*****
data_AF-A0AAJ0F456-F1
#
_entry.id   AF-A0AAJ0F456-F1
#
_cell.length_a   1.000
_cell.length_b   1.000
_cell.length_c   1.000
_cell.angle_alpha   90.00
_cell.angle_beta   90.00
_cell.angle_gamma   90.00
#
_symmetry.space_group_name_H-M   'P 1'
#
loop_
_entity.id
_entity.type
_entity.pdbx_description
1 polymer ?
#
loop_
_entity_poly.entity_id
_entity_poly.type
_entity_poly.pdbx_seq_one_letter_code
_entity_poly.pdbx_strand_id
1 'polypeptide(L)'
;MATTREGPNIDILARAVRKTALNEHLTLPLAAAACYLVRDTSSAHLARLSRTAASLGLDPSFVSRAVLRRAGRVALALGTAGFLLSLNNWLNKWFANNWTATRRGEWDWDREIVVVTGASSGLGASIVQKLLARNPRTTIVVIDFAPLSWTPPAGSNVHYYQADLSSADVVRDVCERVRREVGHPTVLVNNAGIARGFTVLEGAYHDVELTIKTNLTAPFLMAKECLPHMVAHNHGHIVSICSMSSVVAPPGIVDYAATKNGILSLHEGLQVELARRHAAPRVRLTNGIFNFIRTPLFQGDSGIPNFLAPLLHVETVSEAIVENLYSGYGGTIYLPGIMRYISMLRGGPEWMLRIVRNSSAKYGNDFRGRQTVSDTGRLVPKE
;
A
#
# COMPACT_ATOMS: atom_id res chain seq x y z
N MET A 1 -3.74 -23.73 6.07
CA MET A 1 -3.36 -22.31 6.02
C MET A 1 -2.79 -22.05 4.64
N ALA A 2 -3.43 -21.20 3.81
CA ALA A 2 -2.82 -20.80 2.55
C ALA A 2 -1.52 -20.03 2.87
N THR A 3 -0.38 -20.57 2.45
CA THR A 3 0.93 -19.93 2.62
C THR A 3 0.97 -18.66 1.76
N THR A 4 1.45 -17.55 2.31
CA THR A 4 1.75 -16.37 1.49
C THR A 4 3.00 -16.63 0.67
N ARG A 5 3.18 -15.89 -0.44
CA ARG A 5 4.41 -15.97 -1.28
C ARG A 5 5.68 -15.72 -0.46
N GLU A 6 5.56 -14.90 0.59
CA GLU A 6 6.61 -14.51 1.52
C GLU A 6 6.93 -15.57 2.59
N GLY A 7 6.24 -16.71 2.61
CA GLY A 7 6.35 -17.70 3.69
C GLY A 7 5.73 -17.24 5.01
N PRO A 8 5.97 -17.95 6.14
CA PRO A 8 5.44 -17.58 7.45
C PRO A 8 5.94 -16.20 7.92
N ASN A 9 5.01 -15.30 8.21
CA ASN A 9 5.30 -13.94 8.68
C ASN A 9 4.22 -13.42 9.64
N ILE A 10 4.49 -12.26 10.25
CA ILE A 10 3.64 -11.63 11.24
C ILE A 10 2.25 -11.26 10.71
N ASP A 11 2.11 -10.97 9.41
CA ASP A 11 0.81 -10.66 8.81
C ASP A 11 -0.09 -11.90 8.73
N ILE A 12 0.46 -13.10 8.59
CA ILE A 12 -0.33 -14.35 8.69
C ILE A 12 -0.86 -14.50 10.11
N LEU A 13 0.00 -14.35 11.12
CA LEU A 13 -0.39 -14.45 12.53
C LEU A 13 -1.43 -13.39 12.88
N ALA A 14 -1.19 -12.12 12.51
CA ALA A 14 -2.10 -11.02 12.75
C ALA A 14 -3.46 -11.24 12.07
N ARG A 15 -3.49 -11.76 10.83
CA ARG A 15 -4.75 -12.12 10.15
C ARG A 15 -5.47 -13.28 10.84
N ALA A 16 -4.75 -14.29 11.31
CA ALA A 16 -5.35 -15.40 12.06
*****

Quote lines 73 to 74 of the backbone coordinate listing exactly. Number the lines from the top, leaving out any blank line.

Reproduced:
N ARG A 15 -3.49 -11.76 10.83
CA ARG A 15 -4.75 -12.12 10.15